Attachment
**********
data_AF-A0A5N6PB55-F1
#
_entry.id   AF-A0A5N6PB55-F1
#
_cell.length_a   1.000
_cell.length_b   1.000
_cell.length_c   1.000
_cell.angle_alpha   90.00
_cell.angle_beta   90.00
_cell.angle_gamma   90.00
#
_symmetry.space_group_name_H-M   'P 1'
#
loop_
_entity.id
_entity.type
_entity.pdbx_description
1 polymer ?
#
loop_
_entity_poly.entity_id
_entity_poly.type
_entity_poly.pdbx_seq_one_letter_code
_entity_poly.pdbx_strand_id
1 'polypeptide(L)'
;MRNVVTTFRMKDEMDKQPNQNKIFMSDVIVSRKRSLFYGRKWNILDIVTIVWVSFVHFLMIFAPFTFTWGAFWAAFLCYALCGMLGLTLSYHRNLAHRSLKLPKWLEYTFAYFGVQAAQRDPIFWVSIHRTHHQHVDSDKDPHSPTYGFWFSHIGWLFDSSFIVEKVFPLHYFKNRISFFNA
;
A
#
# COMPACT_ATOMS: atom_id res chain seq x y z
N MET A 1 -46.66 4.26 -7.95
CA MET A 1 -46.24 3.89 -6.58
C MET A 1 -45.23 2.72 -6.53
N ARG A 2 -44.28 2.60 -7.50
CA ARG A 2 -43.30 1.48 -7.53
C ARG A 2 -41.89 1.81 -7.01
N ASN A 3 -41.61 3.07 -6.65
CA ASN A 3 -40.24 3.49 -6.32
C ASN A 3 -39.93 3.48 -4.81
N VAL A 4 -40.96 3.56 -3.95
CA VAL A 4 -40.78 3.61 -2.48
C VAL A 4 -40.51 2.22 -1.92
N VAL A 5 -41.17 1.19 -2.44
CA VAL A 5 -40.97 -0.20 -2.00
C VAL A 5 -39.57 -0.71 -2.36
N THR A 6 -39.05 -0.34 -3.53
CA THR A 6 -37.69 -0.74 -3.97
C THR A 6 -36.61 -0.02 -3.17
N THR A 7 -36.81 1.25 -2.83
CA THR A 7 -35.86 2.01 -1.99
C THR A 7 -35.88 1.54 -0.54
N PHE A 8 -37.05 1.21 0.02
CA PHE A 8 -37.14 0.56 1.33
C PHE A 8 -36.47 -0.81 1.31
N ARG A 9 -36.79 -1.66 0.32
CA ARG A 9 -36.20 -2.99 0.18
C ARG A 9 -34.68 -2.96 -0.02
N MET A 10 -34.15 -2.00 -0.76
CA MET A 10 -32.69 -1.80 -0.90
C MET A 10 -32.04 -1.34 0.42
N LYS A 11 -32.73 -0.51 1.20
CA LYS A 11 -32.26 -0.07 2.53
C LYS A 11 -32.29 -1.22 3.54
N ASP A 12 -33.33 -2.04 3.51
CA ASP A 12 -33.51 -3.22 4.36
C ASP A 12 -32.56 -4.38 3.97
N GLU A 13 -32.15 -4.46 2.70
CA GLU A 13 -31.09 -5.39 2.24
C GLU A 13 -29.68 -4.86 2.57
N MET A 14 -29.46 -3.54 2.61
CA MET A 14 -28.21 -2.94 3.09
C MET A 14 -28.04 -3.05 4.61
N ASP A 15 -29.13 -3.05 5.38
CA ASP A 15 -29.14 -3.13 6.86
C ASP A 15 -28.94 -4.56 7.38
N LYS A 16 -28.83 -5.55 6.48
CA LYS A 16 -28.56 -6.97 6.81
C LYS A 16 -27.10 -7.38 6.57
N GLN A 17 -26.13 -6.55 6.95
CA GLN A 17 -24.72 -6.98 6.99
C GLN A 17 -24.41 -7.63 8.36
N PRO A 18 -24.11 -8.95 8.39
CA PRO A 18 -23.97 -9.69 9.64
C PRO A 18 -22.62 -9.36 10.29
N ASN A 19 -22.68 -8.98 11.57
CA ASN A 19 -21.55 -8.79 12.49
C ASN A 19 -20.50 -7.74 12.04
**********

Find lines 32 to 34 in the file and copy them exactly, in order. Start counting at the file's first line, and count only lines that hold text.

CA MET A 1 -46.24 3.89 -6.58
C MET A 1 -45.23 2.72 -6.53
N ARG A 2 -44.28 2.60 -7.50